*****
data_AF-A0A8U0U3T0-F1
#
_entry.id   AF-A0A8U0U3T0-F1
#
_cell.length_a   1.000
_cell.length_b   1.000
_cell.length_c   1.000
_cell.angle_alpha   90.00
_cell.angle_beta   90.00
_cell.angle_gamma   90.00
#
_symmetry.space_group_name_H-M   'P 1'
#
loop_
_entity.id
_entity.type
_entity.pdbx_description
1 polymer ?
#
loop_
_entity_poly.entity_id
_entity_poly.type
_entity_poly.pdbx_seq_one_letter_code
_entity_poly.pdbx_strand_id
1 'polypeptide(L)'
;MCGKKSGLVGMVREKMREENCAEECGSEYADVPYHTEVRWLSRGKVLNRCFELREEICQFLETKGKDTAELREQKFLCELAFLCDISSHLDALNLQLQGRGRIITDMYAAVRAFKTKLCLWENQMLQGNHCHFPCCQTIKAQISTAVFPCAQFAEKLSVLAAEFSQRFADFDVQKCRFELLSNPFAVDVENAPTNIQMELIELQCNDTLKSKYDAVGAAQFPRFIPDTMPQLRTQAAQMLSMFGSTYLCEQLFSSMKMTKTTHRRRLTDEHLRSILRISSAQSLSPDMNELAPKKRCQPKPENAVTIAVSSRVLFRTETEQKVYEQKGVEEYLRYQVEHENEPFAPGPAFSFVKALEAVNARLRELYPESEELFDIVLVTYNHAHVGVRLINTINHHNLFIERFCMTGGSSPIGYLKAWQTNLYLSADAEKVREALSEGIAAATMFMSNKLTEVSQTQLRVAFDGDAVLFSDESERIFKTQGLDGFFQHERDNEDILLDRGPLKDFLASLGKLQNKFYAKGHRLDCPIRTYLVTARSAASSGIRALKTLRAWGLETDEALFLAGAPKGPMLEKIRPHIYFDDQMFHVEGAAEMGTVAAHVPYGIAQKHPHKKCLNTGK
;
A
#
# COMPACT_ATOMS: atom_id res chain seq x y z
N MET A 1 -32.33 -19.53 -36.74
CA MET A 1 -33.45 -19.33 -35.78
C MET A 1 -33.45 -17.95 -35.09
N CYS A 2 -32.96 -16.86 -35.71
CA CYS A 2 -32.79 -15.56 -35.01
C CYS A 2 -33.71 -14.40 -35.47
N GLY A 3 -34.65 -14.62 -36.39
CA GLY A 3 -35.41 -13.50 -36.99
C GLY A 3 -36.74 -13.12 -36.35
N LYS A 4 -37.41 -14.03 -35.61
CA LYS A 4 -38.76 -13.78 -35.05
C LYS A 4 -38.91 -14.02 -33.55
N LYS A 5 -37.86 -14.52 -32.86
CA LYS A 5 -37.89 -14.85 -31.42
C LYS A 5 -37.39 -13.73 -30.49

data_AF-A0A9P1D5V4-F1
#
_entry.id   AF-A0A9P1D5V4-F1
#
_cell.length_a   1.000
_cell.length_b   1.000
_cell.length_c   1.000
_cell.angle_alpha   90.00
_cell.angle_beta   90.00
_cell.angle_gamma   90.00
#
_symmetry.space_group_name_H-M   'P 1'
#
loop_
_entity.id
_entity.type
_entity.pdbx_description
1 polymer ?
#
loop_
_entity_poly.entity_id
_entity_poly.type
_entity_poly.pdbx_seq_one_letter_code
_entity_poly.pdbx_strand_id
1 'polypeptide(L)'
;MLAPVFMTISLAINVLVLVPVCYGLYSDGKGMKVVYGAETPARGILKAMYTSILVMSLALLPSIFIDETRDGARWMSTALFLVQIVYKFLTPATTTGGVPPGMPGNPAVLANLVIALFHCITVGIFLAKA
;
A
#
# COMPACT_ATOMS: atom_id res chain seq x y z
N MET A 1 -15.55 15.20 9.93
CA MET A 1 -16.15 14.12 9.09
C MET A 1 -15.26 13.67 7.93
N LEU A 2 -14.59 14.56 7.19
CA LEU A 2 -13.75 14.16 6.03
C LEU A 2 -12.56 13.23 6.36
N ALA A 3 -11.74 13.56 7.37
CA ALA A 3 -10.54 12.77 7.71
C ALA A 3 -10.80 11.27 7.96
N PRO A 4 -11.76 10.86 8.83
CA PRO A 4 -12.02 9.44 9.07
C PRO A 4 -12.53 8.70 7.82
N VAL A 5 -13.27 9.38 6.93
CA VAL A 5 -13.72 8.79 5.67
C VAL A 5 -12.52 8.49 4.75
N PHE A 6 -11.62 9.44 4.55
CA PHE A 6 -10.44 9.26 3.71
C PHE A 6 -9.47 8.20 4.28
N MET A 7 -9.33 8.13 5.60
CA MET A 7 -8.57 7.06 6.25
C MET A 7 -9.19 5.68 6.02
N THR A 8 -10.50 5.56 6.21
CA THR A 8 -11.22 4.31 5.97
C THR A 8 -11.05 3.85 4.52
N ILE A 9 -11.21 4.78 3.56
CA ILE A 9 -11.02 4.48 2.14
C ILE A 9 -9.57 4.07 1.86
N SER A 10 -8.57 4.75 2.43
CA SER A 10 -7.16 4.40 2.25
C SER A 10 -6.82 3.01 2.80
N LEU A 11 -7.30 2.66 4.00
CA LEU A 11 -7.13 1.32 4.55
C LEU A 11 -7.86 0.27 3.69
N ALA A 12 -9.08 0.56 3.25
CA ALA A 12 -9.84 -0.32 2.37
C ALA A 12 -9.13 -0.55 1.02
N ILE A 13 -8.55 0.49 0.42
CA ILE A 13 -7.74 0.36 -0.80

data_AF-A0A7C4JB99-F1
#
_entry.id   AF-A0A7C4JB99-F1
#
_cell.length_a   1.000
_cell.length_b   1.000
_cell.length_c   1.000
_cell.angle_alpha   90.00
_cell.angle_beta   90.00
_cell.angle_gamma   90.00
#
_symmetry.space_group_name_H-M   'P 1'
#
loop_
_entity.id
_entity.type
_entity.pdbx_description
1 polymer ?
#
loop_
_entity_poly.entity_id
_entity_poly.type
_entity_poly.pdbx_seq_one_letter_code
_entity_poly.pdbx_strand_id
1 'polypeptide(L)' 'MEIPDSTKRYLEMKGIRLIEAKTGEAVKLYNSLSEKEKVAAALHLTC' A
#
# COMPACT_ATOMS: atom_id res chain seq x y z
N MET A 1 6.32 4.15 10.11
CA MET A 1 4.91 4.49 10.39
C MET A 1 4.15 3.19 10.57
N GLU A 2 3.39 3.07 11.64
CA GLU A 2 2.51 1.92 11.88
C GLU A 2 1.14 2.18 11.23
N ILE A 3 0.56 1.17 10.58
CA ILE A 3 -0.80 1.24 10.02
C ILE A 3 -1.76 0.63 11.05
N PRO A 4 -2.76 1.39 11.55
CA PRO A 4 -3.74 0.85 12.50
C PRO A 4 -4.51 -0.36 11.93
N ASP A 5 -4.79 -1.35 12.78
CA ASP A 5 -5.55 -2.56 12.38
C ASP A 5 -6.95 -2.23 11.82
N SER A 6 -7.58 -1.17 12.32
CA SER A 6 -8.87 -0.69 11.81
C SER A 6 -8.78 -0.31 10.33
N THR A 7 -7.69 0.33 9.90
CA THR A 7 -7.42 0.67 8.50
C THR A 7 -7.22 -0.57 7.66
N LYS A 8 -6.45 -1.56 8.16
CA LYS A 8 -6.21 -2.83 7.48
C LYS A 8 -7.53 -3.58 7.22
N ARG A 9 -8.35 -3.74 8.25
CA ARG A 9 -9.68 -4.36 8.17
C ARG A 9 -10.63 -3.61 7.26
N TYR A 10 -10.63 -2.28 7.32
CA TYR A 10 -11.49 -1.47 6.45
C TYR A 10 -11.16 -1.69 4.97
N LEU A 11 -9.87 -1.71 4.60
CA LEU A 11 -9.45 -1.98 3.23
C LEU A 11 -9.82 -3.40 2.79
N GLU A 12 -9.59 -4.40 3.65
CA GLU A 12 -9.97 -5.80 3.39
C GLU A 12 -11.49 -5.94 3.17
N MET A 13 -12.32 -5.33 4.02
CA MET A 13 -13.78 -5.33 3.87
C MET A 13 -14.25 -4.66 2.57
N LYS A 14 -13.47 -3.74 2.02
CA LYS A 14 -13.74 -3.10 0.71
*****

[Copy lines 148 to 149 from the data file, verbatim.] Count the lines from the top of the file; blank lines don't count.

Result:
CA ILE A 3 -0.80 1.24 10.02
C ILE A 3 -1.76 0.63 11.05